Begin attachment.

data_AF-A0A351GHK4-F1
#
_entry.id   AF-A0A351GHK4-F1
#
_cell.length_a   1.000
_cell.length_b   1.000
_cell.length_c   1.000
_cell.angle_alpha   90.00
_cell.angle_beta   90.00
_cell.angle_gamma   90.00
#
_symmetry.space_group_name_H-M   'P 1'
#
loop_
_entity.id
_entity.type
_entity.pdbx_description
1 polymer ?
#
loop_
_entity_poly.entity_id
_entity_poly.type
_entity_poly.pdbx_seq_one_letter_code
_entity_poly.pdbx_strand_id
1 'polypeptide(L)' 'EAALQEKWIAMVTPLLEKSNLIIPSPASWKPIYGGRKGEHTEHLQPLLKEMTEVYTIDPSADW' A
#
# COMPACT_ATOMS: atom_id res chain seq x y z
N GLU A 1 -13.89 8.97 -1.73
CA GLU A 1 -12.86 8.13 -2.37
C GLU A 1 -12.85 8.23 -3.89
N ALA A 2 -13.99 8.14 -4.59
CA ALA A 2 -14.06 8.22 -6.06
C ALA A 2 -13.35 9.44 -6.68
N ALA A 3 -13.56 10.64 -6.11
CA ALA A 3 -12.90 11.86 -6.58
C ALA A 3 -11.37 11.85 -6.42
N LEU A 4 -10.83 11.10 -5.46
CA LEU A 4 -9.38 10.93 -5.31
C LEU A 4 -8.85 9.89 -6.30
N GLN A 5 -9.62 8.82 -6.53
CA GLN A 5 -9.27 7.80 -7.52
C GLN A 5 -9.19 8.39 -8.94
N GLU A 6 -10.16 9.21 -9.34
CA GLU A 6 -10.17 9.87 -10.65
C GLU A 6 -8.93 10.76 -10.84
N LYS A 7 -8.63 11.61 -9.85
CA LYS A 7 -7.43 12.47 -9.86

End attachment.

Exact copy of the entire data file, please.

data_AF-A0A351GHK4-F1
#
_entry.id   AF-A0A351GHK4-F1
#
_cell.length_a   1.000
_cell.length_b   1.000
_cell.length_c   1.000
_cell.angle_alpha   90.00
_cell.angle_beta   90.00
_cell.angle_gamma   90.00
#
_symmetry.space_group_name_H-M   'P 1'
#
loop_
_entity.id
_entity.type
_entity.pdbx_description
1 polymer ?
#
loop_
_entity_poly.entity_id
_entity_poly.type
_entity_poly.pdbx_seq_one_letter_code
_entity_poly.pdbx_strand_id
1 'polypeptide(L)' 'EAALQEKWIAMVTPLLEKSNLIIPSPASWKPIYGGRKGEHTEHLQPLLKEMTEVYTIDPSADW' A
#
# COMPACT_ATOMS: atom_id res chain seq x y z
N GLU A 1 -13.89 8.97 -1.73
CA GLU A 1 -12.86 8.13 -2.37
C GLU A 1 -12.85 8.23 -3.89
N ALA A 2 -13.99 8.14 -4.59
CA ALA A 2 -14.06 8.22 -6.06
C ALA A 2 -13.35 9.44 -6.68
N ALA A 3 -13.56 10.64 -6.11
CA ALA A 3 -12.90 11.86 -6.58
C ALA A 3 -11.37 11.85 -6.42
N LEU A 4 -10.83 11.10 -5.46
CA LEU A 4 -9.38 10.93 -5.31
C LEU A 4 -8.85 9.89 -6.30
N GLN A 5 -9.62 8.82 -6.53
CA GLN A 5 -9.27 7.80 -7.52
C GLN A 5 -9.19 8.39 -8.94
N GLU A 6 -10.16 9.21 -9.34
CA GLU A 6 -10.17 9.87 -10.65
C GLU A 6 -8.93 10.76 -10.84
N LYS A 7 -8.63 11.61 -9.85
CA LYS A 7 -7.43 12.47 -9.86